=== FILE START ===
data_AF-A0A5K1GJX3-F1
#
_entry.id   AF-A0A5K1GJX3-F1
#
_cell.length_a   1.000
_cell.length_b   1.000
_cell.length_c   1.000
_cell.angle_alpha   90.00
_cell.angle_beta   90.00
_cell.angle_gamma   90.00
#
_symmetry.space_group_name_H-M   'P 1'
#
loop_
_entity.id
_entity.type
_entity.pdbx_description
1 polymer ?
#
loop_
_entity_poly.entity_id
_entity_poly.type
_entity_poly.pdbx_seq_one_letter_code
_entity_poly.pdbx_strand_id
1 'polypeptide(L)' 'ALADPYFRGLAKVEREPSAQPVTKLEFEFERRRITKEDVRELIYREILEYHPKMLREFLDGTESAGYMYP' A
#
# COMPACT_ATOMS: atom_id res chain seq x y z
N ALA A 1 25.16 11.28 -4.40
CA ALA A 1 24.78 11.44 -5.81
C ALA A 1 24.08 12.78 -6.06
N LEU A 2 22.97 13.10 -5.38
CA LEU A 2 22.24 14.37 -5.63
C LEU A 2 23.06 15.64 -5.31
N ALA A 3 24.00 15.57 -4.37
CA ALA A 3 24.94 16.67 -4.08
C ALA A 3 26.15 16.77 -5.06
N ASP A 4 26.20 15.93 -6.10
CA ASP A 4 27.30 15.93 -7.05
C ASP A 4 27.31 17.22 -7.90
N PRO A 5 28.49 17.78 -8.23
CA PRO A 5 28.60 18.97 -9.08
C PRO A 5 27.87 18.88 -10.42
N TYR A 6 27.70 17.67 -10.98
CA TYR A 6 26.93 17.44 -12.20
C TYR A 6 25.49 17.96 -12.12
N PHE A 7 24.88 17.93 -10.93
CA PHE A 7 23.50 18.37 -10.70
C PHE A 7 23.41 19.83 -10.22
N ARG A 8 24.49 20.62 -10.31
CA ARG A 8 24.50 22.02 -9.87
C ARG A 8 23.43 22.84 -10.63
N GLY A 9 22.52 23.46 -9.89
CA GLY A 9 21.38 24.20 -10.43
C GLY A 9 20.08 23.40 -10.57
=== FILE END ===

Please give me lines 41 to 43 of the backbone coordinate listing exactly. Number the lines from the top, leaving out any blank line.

CA PRO A 5 28.60 18.97 -9.08
C PRO A 5 27.87 18.88 -10.42
N TYR A 6 27.70 17.67 -10.98